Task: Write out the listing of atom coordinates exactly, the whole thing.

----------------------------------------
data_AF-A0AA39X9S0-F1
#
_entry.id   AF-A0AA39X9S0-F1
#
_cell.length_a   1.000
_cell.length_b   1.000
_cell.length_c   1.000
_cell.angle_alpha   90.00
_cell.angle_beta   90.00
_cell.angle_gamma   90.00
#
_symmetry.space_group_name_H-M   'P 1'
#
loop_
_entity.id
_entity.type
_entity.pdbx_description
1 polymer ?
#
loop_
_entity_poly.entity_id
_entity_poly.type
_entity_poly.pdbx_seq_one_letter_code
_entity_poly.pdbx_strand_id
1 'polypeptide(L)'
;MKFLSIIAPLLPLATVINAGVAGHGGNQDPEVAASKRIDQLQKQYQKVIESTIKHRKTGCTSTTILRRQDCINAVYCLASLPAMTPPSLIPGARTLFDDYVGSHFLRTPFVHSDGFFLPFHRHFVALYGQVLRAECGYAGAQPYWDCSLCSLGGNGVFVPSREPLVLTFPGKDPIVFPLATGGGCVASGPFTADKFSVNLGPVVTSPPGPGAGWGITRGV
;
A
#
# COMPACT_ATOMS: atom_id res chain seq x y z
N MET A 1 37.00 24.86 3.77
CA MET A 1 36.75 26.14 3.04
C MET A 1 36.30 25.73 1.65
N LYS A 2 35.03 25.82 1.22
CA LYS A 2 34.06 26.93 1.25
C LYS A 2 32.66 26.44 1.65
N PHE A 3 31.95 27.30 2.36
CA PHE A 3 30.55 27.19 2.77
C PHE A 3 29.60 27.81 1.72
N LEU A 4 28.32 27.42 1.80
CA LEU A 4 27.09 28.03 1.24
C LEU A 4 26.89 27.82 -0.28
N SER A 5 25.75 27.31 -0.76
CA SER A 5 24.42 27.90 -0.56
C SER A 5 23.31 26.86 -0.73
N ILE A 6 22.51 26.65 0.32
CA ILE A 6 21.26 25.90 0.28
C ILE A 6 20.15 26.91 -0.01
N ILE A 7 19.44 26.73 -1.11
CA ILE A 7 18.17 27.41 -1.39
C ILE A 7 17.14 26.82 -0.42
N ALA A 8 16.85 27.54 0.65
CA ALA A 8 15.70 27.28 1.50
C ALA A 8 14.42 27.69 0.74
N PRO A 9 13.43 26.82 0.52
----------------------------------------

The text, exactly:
data_AF-A0AA39X9S0-F1
#
_entry.id   AF-A0AA39X9S0-F1
#
_cell.length_a   1.000
_cell.length_b   1.000
_cell.length_c   1.000
_cell.angle_alpha   90.00
_cell.angle_beta   90.00
_cell.angle_gamma   90.00
#
_symmetry.space_group_name_H-M   'P 1'
#
loop_
_entity.id
_entity.type
_entity.pdbx_description
1 polymer ?
#
loop_
_entity_poly.entity_id
_entity_poly.type
_entity_poly.pdbx_seq_one_letter_code
_entity_poly.pdbx_strand_id
1 'polypeptide(L)'
;MKFLSIIAPLLPLATVINAGVAGHGGNQDPEVAASKRIDQLQKQYQKVIESTIKHRKTGCTSTTILRRQDCINAVYCLASLPAMTPPSLIPGARTLFDDYVGSHFLRTPFVHSDGFFLPFHRHFVALYGQVLRAECGYAGAQPYWDCSLCSLGGNGVFVPSREPLVLTFPGKDPIVFPLATGGGCVASGPFTADKFSVNLGPVVTSPPGPGAGWGITRGV
;
A
#
# COMPACT_ATOMS: atom_id res chain seq x y z
N MET A 1 37.00 24.86 3.77
CA MET A 1 36.75 26.14 3.04
C MET A 1 36.30 25.73 1.65
N LYS A 2 35.03 25.82 1.22
CA LYS A 2 34.06 26.93 1.25
C LYS A 2 32.66 26.44 1.65
N PHE A 3 31.95 27.30 2.36
CA PHE A 3 30.55 27.19 2.77
C PHE A 3 29.60 27.81 1.72
N LEU A 4 28.32 27.42 1.80
CA LEU A 4 27.09 28.03 1.24
C LEU A 4 26.89 27.82 -0.28
N SER A 5 25.75 27.31 -0.76
CA SER A 5 24.42 27.90 -0.56
C SER A 5 23.31 26.86 -0.73
N ILE A 6 22.51 26.65 0.32
CA ILE A 6 21.26 25.90 0.28
C ILE A 6 20.15 26.91 -0.01
N ILE A 7 19.44 26.73 -1.11
CA ILE A 7 18.17 27.41 -1.39
C ILE A 7 17.14 26.82 -0.42
N ALA A 8 16.85 27.54 0.65
CA ALA A 8 15.70 27.28 1.50
C ALA A 8 14.42 27.69 0.74
N PRO A 9 13.43 26.82 0.52